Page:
Helium is second lightest and second most abundant element in the universe, and has a density of 0.1785 grams per litre, or about one eighth the density of oxygen, one seventh that of nitrogen. Its small mass and the small size of helium particles makes it an easy gas to move around — through dive regulators for example.

Because of this, filling one’s lungs with helium mixes at depth takes less work compared to air and nitrox. Low work of breathing (WOB) is a characteristic a trimix diving sometimes cited as a reason to use helium in bottom mixes for relatively shallow dives since WOB is a contributing factor to carbon dioxide production and build-up. And of course high levels of carbon dioxide cause severe complications to divers; from blinding headaches and increased susceptibility to narcosis, through lowered resistance to oxygen toxicity, loss of mental focus all the way up to unconsciousness and death!

While the physics suggests the drop in WOB with a helium mix would be measurable, modern high-performance regulators function pretty efficiency. Any additional carbon dioxide contributions from a regulator suitable for deep diving and used under normal dive conditions would pale compared to the levels of CO2 coming from poor breathing technique. In other words, if a diver uses good quality, well serviced regulators, but finds himself suffering from carbon dioxide headaches during or after diving moderately deep profiles (less than say 50 to 55 metres) or when swimming at a moderate pace, throwing helium into his mix is most likely only a Band-Aid solution. He should check out his breathing technique first!

Given all that, helium is used in recreational diving primarily as a diluent for oxygen and nitrogen. It is mixed in varying proportions with air, oxygen and nitrogen, or nitrox (usually the latter) to ensure that partial pressures of both oxygen and nitrogen at depth remain within tolerable levels. In other words, helium helps to manage oxygen and nitrogen toxicity.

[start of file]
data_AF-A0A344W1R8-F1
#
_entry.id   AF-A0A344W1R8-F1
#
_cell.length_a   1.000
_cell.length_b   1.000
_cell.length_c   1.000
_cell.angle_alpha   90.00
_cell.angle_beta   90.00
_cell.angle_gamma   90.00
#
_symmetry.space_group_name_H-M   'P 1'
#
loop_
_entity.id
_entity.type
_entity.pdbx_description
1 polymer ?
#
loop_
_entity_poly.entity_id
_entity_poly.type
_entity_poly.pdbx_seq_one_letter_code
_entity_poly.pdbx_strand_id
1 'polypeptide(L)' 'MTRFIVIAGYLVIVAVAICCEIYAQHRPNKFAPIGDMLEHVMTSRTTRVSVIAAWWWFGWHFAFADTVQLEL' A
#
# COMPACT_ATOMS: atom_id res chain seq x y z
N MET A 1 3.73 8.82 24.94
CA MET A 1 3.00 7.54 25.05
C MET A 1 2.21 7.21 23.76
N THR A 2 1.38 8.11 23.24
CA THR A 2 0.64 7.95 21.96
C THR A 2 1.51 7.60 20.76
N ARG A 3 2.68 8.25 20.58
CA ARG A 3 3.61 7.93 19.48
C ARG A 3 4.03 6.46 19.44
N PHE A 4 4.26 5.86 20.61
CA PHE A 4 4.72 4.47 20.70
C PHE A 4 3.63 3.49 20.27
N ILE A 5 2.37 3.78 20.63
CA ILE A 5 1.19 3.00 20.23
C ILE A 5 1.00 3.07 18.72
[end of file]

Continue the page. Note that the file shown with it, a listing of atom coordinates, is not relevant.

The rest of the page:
Helium can make an appearance in both bottom mixes and decompression / travel mixes. Since helium is not narcotic and does not have any toxicity associated with its use in recreational diving, there’s no limit to how much of it one can use in a mix; at least from the toxicity and narcotic perspectives.

But in keeping with the axiom that there is no such thing as a free lunch, helium does exact a penalty.

Number one is that divers need to be aware of is the decompression curve for helium. Helium on-gases and off-gasses much faster than nitrogen — about two and a half times as fast. This has several advantages, but also throws up two general cautions. The first: divers breathing helium cannot make speedy ascents. A ballistic missile / breaching humpback whale impersonation on helium will get the majority of divers as bent as a pretzel. Helium divers have to control their ascent speed, and although that speed depends on a couple of factors, as a general rule a diver breathing helium will have to execute an ascent at variable rates; never faster than about nine metres (30 feet) per minute and at times around three metres or ten feet per minute.